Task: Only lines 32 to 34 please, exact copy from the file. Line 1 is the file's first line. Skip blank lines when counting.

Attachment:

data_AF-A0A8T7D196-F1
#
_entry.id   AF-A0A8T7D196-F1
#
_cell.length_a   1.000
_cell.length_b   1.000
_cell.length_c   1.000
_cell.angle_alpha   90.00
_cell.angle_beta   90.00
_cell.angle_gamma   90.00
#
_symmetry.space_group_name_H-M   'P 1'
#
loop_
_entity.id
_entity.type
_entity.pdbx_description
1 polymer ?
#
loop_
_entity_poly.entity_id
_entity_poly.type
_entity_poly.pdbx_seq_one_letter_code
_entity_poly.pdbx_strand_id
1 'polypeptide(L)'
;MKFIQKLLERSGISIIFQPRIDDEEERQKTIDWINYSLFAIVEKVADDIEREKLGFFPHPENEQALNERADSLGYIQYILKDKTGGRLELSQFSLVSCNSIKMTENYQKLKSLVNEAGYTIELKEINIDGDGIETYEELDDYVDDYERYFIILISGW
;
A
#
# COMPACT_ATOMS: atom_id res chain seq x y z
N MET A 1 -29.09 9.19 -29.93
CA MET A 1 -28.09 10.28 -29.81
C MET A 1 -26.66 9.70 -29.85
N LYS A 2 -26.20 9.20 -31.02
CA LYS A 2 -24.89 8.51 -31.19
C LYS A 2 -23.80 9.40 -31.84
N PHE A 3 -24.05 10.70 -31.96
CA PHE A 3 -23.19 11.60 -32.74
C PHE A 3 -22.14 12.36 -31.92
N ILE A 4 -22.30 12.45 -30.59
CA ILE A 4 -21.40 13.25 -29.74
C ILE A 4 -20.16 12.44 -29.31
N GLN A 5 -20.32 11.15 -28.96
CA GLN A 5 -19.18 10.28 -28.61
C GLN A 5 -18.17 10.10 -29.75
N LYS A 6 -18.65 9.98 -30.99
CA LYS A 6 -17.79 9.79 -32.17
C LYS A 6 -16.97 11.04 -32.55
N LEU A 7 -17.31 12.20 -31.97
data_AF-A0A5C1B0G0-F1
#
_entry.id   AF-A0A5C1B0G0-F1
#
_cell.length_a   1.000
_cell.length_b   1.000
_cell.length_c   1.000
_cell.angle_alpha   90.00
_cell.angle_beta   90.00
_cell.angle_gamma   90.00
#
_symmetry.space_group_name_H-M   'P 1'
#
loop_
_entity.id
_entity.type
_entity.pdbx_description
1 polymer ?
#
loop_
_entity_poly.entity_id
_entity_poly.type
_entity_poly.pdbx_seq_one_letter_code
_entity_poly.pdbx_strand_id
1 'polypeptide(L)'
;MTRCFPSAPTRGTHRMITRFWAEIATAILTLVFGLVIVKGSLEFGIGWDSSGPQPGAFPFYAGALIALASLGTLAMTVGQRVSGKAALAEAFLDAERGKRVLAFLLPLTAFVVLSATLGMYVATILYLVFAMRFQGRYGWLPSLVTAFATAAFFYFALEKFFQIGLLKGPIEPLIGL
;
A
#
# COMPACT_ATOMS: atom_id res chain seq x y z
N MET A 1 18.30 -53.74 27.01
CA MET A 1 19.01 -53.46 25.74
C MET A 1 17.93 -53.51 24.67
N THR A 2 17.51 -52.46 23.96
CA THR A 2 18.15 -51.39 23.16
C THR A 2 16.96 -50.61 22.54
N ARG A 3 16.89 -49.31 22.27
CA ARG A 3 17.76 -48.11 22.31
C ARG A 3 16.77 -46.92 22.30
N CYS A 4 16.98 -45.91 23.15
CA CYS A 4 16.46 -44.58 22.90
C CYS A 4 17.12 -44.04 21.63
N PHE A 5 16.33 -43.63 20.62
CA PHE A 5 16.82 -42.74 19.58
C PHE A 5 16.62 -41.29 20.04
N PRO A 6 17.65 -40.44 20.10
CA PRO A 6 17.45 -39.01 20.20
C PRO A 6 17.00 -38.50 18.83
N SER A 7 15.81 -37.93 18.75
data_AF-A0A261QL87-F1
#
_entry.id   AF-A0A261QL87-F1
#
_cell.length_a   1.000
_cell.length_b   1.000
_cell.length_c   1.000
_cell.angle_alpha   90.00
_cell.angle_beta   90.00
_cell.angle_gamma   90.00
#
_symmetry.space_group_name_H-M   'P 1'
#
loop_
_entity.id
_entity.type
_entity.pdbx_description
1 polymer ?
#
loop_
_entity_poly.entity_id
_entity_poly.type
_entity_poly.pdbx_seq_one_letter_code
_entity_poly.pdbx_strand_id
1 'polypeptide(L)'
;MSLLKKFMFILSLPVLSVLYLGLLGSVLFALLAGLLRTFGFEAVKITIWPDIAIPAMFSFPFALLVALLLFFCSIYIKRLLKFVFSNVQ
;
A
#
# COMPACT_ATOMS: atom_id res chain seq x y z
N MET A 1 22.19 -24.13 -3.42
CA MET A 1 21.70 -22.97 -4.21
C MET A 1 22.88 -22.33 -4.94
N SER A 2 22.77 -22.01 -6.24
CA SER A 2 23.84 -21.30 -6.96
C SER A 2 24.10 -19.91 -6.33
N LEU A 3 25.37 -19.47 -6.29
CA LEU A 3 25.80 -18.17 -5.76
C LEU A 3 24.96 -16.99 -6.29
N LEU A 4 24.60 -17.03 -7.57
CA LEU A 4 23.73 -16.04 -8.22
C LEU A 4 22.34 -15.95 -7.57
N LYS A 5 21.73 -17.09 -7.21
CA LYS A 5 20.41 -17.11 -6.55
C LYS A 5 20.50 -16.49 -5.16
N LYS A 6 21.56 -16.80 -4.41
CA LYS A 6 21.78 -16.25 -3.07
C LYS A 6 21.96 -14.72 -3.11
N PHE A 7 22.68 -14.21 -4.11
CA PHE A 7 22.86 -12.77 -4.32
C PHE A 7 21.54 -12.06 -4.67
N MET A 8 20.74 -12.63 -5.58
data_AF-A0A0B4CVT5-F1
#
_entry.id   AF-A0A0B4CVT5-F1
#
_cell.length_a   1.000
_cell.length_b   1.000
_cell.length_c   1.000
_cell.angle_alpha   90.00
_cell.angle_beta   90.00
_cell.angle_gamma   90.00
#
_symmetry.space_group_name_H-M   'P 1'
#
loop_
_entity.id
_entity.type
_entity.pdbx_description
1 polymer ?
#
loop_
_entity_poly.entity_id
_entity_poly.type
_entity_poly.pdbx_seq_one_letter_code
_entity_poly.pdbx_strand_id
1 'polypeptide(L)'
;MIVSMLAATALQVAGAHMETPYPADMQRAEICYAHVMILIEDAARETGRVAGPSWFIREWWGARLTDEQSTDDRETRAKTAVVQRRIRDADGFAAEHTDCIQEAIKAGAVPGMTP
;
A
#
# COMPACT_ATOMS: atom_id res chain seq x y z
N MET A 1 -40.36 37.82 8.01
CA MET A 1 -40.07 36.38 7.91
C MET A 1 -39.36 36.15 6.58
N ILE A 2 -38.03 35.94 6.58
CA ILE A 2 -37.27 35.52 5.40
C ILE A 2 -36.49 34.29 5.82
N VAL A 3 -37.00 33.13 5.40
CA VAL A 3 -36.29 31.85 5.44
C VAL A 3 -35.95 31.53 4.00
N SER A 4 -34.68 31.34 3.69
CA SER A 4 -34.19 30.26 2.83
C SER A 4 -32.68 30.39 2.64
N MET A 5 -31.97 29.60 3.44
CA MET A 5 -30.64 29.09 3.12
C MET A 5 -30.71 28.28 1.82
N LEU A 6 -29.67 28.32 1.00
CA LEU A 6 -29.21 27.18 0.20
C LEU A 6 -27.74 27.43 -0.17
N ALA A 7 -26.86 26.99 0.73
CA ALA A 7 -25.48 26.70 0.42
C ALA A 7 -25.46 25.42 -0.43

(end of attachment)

CA MET A 1 -28.09 10.28 -29.81
C MET A 1 -26.66 9.70 -29.85
N LYS A 2 -26.20 9.20 -31.02